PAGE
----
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Z-Axis Troubles

Discussion in 'CNC Mills/Routers' started by hasemar, Jul 9, 2016.

  1. hasemar

    hasemar Well-Known
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    I've been running my C-beam machine for a little while. I have gotten a few good runs in. There has been some serious learning along the way!!

    I am having a problem with my Z-axis that I cannot figure out.

    I have been trying to machine an aluminum fixture that is basically a .5" dia hole .75" depth with an 1/8" slot cut in the side ( making a clamping fixture to hold a .5" piece of round bar.) Anyway, when I run the job it never cuts the whole .75" depth. (I am taking .010" cuts). Then when the tool goes back to w-pos zero it is higher than where I zeroed it.

    I ran the job again and slightly grabbed the z-axis shaft coupling to feel what it was doing during the run and I can feel it "let go" every once in awhile and I can physically turn it any direction I want like the motor isn't being driven. The same thing occurs when I am routing wood too.
    I thought maybe I burned out the z-axis driver, so I changed it out and ran the job again with the same result.

    Any ideas?

    I am driving Nema23 2.8A 1.79in-oz motor with DRV8825 drivers VREF set at 1 v. I have 1/8 microstepping enabled. I am using BCNC the code is running from the RPi SD card instead of the usb. No other programs running.


    Thanks in advance for any help.
     
  2. David the swarfer

    David the swarfer OpenBuilds Team
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    You need one or more of:
    more voltage,
    more current into that motor,
    less microstepping,
    lower speed,
    lower acceleration,
    more cooling.​

    Do you have cooling on that driver? it may be overheating and shutting down, they need heatsinks and forced air to keep them cool at 2amps.
     
  3. JustinTime

    JustinTime Master
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    I don't know the software you are using but you should never be able to turn the stepper while the machine is turned on. There should be an electrical brake that prevents the stepper from moving. It's done by shorting the field connections. I don't know if in your software this feature should be manually turned on or if it is automatically turned on. Maybe this is why you can turn the stepper.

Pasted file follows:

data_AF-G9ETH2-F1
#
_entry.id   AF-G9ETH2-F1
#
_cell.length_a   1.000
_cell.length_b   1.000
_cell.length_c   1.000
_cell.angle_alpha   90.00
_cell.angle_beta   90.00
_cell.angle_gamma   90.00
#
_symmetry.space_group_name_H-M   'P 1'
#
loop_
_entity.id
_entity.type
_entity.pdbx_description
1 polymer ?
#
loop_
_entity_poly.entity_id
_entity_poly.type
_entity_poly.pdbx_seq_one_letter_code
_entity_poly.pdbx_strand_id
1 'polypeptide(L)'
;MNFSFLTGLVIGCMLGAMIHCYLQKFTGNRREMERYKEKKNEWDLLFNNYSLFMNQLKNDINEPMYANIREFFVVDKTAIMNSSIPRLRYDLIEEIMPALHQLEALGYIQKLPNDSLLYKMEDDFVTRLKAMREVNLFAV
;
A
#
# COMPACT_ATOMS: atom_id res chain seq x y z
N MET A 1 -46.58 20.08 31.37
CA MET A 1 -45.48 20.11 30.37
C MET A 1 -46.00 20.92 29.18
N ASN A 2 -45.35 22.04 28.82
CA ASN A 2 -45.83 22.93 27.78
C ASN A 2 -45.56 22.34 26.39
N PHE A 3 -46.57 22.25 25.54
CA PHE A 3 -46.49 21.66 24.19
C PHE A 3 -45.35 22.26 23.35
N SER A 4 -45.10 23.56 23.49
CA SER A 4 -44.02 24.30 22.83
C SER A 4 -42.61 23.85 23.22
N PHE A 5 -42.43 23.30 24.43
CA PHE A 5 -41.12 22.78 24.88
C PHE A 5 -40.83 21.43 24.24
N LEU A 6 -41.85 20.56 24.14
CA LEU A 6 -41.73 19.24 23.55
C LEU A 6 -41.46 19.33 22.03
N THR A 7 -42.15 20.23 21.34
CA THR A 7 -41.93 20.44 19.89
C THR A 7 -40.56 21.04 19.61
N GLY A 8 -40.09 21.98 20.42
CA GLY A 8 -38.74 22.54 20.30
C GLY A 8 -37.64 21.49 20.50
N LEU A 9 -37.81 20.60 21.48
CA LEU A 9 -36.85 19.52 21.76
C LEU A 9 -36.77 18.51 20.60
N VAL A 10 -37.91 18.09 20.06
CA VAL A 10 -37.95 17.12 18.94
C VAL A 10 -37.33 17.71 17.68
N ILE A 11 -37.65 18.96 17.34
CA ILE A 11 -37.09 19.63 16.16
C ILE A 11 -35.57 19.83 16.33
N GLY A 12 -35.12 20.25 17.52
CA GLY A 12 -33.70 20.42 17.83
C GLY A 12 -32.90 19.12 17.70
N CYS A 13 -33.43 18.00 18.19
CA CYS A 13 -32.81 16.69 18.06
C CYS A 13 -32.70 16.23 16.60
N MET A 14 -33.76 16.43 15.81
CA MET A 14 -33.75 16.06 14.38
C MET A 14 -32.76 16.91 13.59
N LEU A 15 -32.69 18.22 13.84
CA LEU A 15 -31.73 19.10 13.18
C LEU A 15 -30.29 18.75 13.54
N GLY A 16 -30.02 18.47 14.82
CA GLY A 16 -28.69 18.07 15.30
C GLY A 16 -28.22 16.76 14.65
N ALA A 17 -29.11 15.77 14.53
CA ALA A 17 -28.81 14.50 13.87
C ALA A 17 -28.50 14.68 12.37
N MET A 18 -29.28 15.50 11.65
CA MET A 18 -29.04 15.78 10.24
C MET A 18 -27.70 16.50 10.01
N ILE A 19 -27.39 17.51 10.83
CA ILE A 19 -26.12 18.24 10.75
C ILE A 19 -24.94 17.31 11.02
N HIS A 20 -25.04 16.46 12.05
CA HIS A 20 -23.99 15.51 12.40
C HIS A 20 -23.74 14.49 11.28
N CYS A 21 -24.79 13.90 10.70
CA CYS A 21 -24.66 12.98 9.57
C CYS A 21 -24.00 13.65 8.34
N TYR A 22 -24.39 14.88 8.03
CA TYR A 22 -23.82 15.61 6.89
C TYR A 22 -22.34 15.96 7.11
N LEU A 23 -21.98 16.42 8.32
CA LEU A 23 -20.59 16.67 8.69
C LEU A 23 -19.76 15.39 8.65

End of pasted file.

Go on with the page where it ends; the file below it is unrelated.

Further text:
4. hasemar

    hasemar Well-Known
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    I will do more investigation with those parameters in mind. Thank you.

    JT, never? I turn all the axiis manually if my mpos isn't zeroed correctly. ( The machine is in idle mode). I don't have homing switches installed yet. The only time I cannot turn the steppers is when they are on motion or suppose to be holding a position.
     
  5. JustinTime

    JustinTime Master
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    Theoretically, when you turn on your machine and the driver boards are powered, the motors should hold position. My router does. If it doesn't, the weight of the spindle may cause the z axis to move down. It's a problem with 3d printers where they don't have that feature and there the weight of the print head is not as high as a router spindle, by far.
     
  6. David the swarfer

    David the swarfer OpenBuilds Team
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    Many CNC controllers have a timeout after which they will disable the stepper drivers.
    This is great if your motors get too hot because you are running too much power through them, shutting them down when they are not needed is useful to keep them cool.

    however....

    with open loop microstepping drivers the motors will instantly shift position to the nearest magnetic pole (the click you feel when you turn them by hand) and next time you enable the drivers the motor will not be where you left it.
    a Z axis with a ball screw might turn under the weight of the router, losing position quite throroughly.

    Closed loop systems (they have a sensor to tell the drivers where the motor shaft is) should not have this problem.

    all that aside, being able to turn your motors by hand when powered means there is just too little torque i the system.
    My NEMA23 motors (the ~170oz/in ones) are impossible to turn by hand with 1amp at 24 volts. I will have to try and do it with a spanner (-:
     
  7. Barry Danks

    Barry Danks Veteran
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    I would swap out the Z Axis stepper. The armature is pressed onto the stepper shaft it might be possible that armature is slipping on the shaft. At least it would eliminate one possibility :)
     

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